Fury as university takes meat off the menu in favour of first 100% vegan student union

16 November 2022, 21:09

Stirling Uni's SU has voted to remove meat from the menu
Stirling Uni's SU has voted to remove meat from the menu. Picture: Alamy

By Chris Samuel

A Scottish university union will go 100 per cent vegan in a UK first, after students voted to drop dairy and meat products by 2025, with campaigners condemning the move as an 'attack on freedom of choice'.

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Last week, the University of Stirling's student union voted to transition move to '100 per cent plant-based catering' within three years, and half of the options are set to be vegan by the 2023-24 academic year.

The Plant Based Universities campaign - supported by Animal Rebellion, which is a splinter group of Extinction Rebellion - welcomed the result.

It means the union will become the first in Britain to approve a ban on meat, fish and dairy products in its outlets, after a beef ban was rejected at the University of Edinburgh in 2020.

Of the around 6,000 votes cast in the campus-wide referendum in the capital, 58 per cent rejected a proposal to ban the sale of beef on campus.

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Rural campaigners are hoping that Sterling University will reject the motion, or consider asking students to take part in a broader, campus-wide poll, similar to the Edinburgh vote, The Mail reported.

The Countryside Alliance believe the union should opt for produce sourced locally with low airmiles, rather than bringing in an 'illogical', all-out ban.

Mo Metcalf-Fisher, a spokesman for the organisation said: "Obviously this is an attack on freedom of choice imposed by a tiny number of students on the wider student body, but it is also illogical.

"Stirling's students' union would be much better off sourcing sustainable local meat and dairy produce from Scottish farmers instead.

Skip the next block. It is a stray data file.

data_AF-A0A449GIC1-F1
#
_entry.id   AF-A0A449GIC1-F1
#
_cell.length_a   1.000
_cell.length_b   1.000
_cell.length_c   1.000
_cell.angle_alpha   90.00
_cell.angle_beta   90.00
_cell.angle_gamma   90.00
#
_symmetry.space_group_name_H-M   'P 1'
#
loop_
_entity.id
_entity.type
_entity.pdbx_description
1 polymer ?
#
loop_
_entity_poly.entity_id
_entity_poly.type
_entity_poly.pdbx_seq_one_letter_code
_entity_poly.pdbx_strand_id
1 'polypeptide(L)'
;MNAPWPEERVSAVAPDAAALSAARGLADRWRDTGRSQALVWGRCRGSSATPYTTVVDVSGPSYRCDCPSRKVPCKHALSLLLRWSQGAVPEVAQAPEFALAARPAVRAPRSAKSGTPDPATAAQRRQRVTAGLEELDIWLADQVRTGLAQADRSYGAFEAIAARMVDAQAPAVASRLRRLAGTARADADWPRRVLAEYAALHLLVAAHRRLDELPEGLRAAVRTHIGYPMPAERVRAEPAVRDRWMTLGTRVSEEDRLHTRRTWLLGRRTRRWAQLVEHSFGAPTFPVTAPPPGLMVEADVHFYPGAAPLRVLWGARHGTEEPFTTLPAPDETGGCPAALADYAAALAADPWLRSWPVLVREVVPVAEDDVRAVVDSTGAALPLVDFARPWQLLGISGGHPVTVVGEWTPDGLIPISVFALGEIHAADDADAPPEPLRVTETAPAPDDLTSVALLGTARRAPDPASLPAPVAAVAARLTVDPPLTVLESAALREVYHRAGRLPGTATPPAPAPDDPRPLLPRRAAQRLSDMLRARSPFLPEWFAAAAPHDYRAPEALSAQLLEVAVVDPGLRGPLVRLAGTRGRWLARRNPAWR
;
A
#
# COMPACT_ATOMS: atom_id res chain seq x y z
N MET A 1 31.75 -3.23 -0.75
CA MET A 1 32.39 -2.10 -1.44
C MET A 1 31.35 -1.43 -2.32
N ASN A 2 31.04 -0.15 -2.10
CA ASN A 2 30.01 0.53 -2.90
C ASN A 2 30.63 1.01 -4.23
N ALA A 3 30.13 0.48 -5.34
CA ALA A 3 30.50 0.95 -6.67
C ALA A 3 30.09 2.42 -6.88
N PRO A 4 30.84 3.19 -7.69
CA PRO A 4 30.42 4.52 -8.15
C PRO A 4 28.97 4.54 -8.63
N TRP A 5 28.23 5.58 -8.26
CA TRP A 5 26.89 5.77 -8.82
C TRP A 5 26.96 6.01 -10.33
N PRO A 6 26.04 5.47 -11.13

"How can an avocado flown in from South America have eco-superiority over a piece of grass fed beef from a local farm?

"Stirling University should demonstrate their support for Scottish farmers by ensuring they continue to supply meat and dairy, irrespective of what its students' union decide to do'."

A post on the Sterling University SU website confirmed that the motion to move to 100 per cent plant-based food by 2025 had been passed, a result which will impact the union's three eateries.

The university's ten food outlets will not be affected by the change.

Around 100 attendees were present in the meeting, representing the university's 17,000 students.

In documents on the union's website dated November 2, the motion states: "A transition to plant-based food is a necessary step in the development of a more sustainable food system, and to reduce the climatic effect on the planet.

"That this transition can be achieved without detriment to any particular person(s)."

It also noted: "Globally the largest proportion of emissions from food production comes from animal agriculture (57 per cent), with the emissions worldwide exceeding the entire emissions of the United States... the production of plant-based foods contributes to only 29 per cent of emissions.'

The decision was welcomed by Guardian columnist George Monbiot, who said: "It's fantastic to see the next generation taking control of their future and putting humans, nonhuman animals and the planet first."

BBC wildlife presenter Chris Packham said it was a 'good' move, writing on Twitter: "Young people doing it for themselves - this is good from @RebelsAnimal and @plantbasedunis @StirUni - posted on Instagram @veganuary @vivacampaigns."

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